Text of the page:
Results of Speech Recognition Index Done via Live Voice or Recorded Material in Individuals with Normal Hearing and with Sloping Sensorineural Hearing Loss
Introduction: Speech audiometry testing is important in diagnostic audiology and aims to measure the ability of an individual to perceive speech sounds encompassing both sensitivity measures as hearing acuity. The Speech Recognition Index, one of the tests that make up the battery of speech audiometry tests, uses monosyllabic or disyllabic words to determine the individual’s ability to understand speech in ideal listening conditions. This can be accomplished via live voice or recorded material.
Objective: To describe and compare the Speech Recognition Index results obtained through the evaluation of adults with normal hearing and sloping sensorineural hearing loss in two monitored situations: via live voice and recorded material.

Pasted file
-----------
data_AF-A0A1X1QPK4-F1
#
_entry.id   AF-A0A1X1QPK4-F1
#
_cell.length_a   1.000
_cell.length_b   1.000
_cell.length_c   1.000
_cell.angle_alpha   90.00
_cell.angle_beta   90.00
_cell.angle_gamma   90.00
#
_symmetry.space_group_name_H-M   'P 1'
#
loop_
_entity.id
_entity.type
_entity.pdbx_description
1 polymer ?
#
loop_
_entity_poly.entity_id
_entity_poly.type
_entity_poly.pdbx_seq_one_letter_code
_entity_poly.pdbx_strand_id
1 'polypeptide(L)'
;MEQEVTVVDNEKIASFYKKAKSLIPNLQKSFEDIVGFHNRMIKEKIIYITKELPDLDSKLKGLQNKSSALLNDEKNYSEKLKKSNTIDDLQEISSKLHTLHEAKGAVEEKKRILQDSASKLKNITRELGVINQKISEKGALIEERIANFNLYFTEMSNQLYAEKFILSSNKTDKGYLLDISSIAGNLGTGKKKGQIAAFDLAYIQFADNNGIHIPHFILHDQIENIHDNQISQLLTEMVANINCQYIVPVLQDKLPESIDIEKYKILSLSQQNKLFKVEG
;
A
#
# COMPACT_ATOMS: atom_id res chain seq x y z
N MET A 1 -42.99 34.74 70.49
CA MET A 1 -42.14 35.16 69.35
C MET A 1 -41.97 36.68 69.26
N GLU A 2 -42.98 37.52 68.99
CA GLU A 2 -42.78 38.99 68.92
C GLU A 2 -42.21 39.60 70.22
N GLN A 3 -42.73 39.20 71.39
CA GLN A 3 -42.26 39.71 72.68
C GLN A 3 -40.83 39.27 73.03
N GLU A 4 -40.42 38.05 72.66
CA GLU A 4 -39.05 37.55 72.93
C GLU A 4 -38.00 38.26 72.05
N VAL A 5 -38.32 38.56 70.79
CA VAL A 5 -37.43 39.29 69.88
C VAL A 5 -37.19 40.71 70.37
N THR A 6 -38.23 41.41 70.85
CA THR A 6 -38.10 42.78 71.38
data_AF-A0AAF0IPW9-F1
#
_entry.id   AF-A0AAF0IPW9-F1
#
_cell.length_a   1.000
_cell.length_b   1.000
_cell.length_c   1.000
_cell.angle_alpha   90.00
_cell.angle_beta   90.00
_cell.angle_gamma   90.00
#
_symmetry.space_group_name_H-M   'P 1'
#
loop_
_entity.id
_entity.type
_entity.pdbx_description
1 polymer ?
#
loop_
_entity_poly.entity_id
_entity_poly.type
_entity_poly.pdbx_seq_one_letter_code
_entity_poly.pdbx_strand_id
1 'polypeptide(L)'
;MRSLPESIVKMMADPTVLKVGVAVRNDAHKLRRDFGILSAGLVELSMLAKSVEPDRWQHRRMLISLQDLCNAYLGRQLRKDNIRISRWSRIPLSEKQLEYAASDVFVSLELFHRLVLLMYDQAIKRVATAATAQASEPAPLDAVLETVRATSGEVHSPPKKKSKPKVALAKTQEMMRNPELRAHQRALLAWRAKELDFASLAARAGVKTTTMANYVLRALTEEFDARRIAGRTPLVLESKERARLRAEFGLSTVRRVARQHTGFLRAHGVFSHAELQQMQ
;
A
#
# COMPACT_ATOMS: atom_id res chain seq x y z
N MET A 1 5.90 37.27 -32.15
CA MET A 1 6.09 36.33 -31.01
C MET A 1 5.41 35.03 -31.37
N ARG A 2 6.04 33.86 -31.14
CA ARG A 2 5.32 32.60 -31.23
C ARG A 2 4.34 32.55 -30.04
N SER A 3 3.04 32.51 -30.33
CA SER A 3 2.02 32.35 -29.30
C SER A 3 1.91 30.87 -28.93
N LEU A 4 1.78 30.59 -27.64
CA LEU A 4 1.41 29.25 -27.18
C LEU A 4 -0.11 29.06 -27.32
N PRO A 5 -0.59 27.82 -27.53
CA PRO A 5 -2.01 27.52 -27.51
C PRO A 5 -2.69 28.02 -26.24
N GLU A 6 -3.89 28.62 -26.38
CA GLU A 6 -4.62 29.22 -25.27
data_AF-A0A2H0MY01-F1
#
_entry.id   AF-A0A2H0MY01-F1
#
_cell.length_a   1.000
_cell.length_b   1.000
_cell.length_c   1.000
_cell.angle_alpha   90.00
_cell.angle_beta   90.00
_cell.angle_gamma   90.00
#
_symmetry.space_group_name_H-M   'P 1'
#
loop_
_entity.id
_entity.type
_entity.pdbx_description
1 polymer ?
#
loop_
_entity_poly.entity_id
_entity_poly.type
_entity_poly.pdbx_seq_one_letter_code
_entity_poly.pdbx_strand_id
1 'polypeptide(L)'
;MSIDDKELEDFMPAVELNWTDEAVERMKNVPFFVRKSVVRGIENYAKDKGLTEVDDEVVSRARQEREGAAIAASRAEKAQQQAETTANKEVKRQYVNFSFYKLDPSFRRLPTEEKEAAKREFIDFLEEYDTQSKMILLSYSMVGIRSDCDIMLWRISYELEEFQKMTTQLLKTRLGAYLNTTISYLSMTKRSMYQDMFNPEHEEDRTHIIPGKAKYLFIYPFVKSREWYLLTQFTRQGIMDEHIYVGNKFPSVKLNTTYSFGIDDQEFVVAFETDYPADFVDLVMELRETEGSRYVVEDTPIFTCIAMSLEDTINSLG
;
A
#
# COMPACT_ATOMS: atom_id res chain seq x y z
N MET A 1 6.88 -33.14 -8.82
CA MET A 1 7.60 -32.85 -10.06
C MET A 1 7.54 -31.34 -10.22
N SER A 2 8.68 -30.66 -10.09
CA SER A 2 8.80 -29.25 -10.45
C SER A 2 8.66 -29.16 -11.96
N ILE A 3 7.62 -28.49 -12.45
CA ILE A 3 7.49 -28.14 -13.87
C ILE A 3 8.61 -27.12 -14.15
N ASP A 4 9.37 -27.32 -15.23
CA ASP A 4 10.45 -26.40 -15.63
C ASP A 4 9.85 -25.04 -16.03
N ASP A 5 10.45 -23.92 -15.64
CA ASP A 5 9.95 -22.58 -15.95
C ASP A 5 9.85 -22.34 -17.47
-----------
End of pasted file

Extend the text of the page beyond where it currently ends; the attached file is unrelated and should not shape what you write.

Methods: Two groups were subjected to the Speech Recognition Index via live voice and recorded material at 40 dBSL: Group 1—50 individuals with normal hearing and Group 2—30 individuals with sloping sensorineural hearing loss.
Results: We found a statistically significant difference in the results of the test applied in the two listening situations only with Group 2. Qualitative analysis of the data reveals that Speech Recognition Index results are better when using the recorded material.
Conclusion: For this test, in particular, both forms of speech presentation stimulus can be used without prejudice for results in individuals with normal hearing; however, the use of recorded material is recommended for subjects with sloping hearing loss.